Haemonetics (NYSE:HAE) said yesterday that it plans to take a pre-tax charge of $26 million, including $17 million worth of “termination benefits,” as part of another round of layoffs aimed at boosting profitability and growth.
The Braintree, Mass.-based blood management company also said it named Chris Simon to be its new CEO, replacing interim chief Ron Gelbman, who took the reins after the September 2015 departure of Brian Concannon.
Haemonetics also issued its sales and earnings guidance for the fiscal 2017 year ending next April that missed the consensus expectation on Wall Street.
Simon, who leads the global medical products practice at McKinsey & Co., also led the management consultancy’s review of Haemonetics, the company said. He’s slated to start in Braintree May 16.
“Haemonetics has such a well-earned reputation in plasma collection, donor centers and hospitals, and I am honored to have been chosen to lead this company,” Simon said in prepared remarks. “I look forward to advancing the strategic plan developed with the Haemonetics leadership team and board of directors to drive Haemonetics towards a bright future.”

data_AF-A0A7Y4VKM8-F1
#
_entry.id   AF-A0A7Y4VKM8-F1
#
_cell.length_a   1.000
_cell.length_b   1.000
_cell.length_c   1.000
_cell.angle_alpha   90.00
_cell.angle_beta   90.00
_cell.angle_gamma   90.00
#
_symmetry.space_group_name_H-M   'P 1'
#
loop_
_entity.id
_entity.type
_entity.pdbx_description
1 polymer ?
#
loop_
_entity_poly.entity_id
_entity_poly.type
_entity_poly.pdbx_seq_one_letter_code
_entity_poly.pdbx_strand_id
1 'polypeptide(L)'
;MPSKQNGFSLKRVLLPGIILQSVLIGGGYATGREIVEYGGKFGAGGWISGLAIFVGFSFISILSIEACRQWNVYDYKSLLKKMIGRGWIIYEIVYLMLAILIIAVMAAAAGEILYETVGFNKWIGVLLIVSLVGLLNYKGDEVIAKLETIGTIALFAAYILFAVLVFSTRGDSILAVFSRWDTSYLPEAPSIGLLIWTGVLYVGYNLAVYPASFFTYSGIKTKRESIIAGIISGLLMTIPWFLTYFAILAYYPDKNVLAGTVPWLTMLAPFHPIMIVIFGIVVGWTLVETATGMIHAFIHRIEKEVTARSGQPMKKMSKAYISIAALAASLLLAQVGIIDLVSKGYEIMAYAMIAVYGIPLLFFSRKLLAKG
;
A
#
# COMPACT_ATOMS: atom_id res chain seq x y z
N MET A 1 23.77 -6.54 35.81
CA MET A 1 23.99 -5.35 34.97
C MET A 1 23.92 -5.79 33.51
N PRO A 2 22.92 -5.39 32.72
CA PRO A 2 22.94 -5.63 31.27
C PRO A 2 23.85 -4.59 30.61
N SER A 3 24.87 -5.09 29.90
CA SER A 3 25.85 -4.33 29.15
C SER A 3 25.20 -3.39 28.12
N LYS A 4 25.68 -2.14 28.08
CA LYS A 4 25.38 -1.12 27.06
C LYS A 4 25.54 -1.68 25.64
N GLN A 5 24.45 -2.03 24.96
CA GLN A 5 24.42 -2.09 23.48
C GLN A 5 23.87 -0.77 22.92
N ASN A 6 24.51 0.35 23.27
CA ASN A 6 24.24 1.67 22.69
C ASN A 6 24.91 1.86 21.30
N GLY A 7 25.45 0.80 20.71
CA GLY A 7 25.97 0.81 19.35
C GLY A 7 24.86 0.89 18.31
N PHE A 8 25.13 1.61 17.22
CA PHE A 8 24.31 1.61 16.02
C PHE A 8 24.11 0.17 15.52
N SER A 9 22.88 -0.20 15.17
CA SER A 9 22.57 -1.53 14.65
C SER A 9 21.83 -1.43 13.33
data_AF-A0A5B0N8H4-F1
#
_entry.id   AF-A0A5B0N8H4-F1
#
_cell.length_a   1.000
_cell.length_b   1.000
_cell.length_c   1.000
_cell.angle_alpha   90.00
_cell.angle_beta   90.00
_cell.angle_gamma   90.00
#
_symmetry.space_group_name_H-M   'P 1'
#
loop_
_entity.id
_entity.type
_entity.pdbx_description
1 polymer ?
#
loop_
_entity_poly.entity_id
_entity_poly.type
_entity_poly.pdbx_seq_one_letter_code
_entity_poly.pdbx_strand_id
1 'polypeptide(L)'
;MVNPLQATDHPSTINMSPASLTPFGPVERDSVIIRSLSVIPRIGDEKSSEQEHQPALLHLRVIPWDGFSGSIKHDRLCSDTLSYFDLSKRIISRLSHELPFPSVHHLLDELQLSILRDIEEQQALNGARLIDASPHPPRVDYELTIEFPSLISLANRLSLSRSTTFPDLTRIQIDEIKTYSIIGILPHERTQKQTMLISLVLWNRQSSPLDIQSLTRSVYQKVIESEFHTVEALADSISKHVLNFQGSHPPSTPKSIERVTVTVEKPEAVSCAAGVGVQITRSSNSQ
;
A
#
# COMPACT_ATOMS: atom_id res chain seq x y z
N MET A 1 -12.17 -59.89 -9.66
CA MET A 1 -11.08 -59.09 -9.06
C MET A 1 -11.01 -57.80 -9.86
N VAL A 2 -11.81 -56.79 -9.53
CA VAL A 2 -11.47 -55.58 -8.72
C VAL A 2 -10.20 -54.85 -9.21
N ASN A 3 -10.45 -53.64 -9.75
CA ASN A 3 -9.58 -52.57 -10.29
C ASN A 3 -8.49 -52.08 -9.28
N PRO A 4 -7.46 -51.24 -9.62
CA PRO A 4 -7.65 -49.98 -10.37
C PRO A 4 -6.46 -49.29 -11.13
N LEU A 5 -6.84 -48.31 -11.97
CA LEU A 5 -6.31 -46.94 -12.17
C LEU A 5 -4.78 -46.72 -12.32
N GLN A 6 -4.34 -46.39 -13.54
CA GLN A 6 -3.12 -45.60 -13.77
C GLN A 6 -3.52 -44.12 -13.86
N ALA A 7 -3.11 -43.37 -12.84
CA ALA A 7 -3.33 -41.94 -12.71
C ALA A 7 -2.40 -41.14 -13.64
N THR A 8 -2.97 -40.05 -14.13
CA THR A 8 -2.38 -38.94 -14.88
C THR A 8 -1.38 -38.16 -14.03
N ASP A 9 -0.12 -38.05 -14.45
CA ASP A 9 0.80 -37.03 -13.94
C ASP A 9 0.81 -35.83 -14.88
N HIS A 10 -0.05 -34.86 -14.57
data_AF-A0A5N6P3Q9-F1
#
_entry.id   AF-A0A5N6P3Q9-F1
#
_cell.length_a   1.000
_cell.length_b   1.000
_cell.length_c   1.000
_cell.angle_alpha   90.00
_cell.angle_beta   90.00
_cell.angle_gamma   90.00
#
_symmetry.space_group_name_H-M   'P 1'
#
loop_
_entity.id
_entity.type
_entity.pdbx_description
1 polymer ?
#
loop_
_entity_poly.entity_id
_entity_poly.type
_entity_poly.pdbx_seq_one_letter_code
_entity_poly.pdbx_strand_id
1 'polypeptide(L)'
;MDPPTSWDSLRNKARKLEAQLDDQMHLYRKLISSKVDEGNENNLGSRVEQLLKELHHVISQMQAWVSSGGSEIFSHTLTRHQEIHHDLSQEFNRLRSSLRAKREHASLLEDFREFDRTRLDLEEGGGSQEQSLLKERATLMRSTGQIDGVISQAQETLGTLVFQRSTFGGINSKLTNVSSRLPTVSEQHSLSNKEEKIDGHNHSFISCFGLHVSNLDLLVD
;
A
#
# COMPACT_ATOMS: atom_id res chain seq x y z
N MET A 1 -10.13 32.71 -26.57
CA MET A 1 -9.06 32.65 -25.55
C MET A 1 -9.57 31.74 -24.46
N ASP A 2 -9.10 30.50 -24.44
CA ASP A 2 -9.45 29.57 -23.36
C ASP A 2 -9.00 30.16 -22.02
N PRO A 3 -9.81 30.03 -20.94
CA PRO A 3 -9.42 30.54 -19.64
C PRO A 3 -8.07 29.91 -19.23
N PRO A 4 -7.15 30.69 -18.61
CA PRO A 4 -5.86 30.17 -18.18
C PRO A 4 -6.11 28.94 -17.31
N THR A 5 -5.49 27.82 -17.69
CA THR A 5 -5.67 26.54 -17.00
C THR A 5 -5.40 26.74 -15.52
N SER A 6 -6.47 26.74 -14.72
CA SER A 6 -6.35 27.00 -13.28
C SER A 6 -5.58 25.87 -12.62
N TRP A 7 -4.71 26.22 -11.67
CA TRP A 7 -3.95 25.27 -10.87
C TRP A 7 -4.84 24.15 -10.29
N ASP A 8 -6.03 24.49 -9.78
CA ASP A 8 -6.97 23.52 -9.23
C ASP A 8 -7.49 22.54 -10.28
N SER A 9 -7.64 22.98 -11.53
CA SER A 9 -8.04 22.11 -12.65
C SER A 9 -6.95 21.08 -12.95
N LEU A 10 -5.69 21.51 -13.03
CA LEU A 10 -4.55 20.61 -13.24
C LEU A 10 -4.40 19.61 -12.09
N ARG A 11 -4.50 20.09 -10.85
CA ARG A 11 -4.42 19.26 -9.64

“With more than 20 years of experience consulting in the medical device and pharmaceutical industries, Chris has a proven track record of helping businesses transform and grow,” the Haemonetics board added. “Under Chris’s leadership, we are confident that the company will grow and innovate to serve our customers worldwide.”
Haemonetics said the restructuring is expected to deliver a 37-per-share hit to earnings, guiding for adjusted EPS of $1.40 to $1.50 on sales of $850 million to $875 million, down -4% to -7% from fiscal 2016.
Analysts on The Street were looking for adjusted EPS of $1.55 on sales of $911.3 million. HAE shares closed down -0.1% at $27.27 apiece yesterday.
Back in 2010 Haemonetics said it would cut about 170 workers and close facilities in Phoenix and Chicago as part of the integration of acquisition GlobalMed Technologies.
In 2014, another integration – following the $550 million acquisition of Pall – prompted a 320-worker purge and the relocation of its equipment manufacturing from Braintree to a contract facility in Mexico.